Iran, history and War

Last Thursday, June 13, 2019, two tankers traveling in the Gulf of Oman were struck by explosions. The crews of both ships were quickly evacuated, and there was no loss of life onboard. The United States’ Secretary of State Mike Pompeo quickly announced that Iran was responsible for these strikes. The U.S. government released military footage that it said showed an Iranian ship removing a limpet mine from the side of one of the tankers. There had been an attack on four other tankers within the last month. The U.S. alleged that Iran was carrying out these assaults because of U.S. pressure regarding the nuclear deal.

These allegations faced international pushback. Critics pointed out that Japan’s Prime Minister Shinzo Abe was meeting authorities in Iran at this time as part of an effort to mediate the dispute between Iran and the United States regarding the nuclear deal. Both of these tankers were carrying cargo destined for Japan. These strikes would seem to violate both Iran’s national interests and the rules of hospitality during Prime Minister Abe’s visit. Iran denied that it was responsible for these explosions. The tension caused by this violence has not decreased, and Iran has not helped with its actions. Today Iran has announced that it will exceed the limits on uranium enrichment set by the 2015 nuclear deal.

As I write these words, there is no clarity on who was responsible for these attacks, although this event will likely be better understood as more intelligence agencies, news services and regional experts bring their resources to bear. But what particularly strikes me is how little credibility the United States appears to have on the international stage. Many observers are pointing to the long history of the U.S. seizing on pretexts for war that later proved to be false or doubtful. In particular, people have referenced the explosion of the U.S.S. Maine in Havana in February, 1898. Even though an expert, Navy Captain Philip R. Alger, gave his opinion that the explosion was caused by a fire in the coal stores, President Roosevelt insisted the explosion was caused by a mine and used this alleged attack to justify a war. Even today the true cause of the explosion is debated, but it is far from clear that there ever was a mine.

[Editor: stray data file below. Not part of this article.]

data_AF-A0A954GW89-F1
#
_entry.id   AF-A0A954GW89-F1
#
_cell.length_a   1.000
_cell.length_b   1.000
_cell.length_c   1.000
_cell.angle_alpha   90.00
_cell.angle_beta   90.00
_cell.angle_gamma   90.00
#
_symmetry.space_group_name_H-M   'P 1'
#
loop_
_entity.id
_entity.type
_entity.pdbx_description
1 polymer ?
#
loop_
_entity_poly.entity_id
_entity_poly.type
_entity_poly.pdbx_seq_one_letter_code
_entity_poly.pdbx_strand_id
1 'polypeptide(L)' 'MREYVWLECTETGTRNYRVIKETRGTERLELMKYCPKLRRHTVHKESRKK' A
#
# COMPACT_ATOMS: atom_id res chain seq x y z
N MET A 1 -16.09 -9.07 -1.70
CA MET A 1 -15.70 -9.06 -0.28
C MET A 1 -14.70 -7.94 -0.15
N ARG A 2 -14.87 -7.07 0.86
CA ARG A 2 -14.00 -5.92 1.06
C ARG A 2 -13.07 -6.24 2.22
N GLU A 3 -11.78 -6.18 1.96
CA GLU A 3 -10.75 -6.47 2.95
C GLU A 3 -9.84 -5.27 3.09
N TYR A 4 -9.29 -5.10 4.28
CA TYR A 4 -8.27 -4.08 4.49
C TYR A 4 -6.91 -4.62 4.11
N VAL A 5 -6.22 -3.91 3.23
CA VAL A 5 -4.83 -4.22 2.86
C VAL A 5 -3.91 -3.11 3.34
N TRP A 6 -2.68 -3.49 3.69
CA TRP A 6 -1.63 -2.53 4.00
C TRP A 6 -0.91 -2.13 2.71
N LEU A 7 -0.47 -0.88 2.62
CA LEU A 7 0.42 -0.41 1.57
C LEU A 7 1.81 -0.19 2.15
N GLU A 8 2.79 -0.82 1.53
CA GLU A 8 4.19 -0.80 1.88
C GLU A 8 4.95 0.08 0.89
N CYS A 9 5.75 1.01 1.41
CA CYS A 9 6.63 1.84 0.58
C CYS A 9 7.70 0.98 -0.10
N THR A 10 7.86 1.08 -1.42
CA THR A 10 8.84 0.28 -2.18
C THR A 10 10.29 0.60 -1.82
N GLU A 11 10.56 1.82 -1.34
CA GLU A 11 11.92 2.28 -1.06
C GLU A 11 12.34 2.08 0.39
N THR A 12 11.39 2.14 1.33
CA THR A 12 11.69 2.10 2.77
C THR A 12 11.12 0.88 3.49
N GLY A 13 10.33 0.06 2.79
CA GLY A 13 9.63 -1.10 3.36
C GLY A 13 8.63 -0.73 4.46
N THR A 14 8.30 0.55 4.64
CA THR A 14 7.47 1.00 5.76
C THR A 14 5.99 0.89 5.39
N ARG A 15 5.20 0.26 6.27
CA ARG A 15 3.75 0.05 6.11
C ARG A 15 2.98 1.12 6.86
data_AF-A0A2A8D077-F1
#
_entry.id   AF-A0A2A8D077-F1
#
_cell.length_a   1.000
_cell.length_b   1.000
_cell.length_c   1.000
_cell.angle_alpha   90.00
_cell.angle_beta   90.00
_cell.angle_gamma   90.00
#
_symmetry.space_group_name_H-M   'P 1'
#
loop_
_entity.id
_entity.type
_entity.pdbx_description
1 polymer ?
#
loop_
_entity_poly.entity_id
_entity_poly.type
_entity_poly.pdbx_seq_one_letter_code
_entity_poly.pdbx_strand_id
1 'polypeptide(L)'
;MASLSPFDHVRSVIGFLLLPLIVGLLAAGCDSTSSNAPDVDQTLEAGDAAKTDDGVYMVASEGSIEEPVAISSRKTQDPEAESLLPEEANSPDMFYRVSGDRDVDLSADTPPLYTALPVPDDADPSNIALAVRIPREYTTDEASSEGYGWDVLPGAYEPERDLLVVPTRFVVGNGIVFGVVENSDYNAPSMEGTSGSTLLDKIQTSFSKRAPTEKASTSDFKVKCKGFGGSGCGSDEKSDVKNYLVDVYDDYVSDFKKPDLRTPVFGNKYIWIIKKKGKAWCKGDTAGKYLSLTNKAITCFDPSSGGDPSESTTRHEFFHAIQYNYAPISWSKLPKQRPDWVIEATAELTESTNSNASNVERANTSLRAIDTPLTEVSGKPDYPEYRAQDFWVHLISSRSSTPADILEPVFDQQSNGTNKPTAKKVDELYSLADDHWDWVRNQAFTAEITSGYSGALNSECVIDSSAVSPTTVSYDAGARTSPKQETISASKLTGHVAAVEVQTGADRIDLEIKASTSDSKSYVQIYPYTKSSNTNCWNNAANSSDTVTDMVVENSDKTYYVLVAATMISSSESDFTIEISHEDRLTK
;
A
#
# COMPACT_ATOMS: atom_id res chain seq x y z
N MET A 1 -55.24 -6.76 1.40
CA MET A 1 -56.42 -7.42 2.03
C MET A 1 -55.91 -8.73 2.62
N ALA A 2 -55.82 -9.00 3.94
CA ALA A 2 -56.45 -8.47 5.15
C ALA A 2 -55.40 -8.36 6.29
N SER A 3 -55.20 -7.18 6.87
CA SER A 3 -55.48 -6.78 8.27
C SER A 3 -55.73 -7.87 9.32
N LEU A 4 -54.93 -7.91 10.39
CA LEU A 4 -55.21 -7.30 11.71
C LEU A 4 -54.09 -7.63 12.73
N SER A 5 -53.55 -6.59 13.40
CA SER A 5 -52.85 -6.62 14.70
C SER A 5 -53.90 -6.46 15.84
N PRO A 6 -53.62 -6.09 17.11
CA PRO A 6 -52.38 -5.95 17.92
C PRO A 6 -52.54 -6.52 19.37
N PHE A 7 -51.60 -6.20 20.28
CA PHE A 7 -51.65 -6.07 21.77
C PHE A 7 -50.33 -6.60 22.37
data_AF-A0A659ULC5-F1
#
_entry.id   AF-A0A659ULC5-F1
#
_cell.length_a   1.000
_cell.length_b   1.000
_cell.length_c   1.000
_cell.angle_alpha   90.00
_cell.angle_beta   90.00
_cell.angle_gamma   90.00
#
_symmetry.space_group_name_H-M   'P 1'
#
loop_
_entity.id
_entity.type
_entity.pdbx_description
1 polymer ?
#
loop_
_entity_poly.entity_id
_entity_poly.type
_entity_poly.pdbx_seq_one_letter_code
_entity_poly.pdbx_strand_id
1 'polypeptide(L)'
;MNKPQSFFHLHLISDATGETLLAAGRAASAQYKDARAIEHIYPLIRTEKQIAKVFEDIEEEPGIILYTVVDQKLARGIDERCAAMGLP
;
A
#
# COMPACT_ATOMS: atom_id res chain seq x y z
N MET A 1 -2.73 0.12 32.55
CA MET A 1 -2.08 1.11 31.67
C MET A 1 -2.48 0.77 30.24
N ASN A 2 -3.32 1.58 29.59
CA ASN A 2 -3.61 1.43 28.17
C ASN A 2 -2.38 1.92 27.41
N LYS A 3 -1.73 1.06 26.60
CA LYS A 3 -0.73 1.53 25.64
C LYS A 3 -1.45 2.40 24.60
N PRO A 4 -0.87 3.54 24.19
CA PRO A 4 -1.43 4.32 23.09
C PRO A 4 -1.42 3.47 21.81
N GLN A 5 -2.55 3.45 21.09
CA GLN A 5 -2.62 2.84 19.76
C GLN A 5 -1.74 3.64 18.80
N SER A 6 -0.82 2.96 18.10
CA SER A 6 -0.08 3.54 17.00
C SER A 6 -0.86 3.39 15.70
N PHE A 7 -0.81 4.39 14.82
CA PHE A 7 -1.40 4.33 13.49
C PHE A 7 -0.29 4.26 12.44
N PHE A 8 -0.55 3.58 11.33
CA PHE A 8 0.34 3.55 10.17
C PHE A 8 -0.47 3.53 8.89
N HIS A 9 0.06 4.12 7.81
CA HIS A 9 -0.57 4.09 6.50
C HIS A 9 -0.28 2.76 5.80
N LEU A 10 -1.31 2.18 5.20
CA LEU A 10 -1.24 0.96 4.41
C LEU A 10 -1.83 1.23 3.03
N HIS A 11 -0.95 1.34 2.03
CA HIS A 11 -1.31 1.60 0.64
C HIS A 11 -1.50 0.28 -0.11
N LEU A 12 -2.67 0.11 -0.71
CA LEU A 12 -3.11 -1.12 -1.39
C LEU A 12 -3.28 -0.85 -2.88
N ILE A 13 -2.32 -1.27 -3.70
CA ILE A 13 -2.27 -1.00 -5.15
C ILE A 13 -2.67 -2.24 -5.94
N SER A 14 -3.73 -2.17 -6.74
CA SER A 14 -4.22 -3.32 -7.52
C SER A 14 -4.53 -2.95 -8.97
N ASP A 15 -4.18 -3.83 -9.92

Still, most journalists and bloggers are not pointing to the U.S.S. Maine but rather the 1964 Gulf of Tonkin incident, which the United States used to justify the War in Vietnam. There is considerable evidence that this attack never happened (especially the second incident), and U.S. leaders knew -or should have known- this fact as they manipulated the U.S. to enter the war. More recently, there were the allegations that Iraq had weapons of mass destruction. Critics points to Colin Powell’s speech on February 5, 2003 to the United Nations that used this allegation to justify the U.S. invasion. After the war the United States military searched desperately for weapons of mass destruction in Iraq but none were ever found. It is fair to say that many people view the United States’ claims now through this historical lens. In my own classes, my students’ views of the United States role in the world were deeply shaped by the second Gulf War, in particular some of the veterans.

Whatever the truth will prove to be regarding the attacks in the Gulf of Oman,, there is wide sense of anxiety about not only a possible war, but also its potential impacts upon the global financial system. Any closure of the Strait of Hormuz might have widespread economic costs. For an example of this argument, I suggest reading Chris Martenson’s blog post “Waiting For The Black Swan.” Obviously, as this post is on a blog called “Peak Prosperity,” one would expect that it would take a negative view of the world’s economic situation. Still, Martenson’s discussion of how people seize upon simple events to explain complex causation is an interesting one. I think the sense that his piece conveys -that we may be on the edge of an unpredictable and dangerous change- captures wider anxieties around the possibility of war.

Sadly, these events are playing out in the context of a U.S. Department of State that has been hollowed out, as it has lost critical expertise in such difficult areas as North Korea. John Bolton, the National Security Adviser, has made frightening statements regarding Iran, which have caused widespread anxiety that there may now be either a misunderstanding, or that the U.S. government may take advantage of this opportunity. Let us hope that there are no miscalculations on any side, and that multiple nations are able to employ the tools of diplomacy and statecraft to avoid war.

Shawn Smallman, 2019

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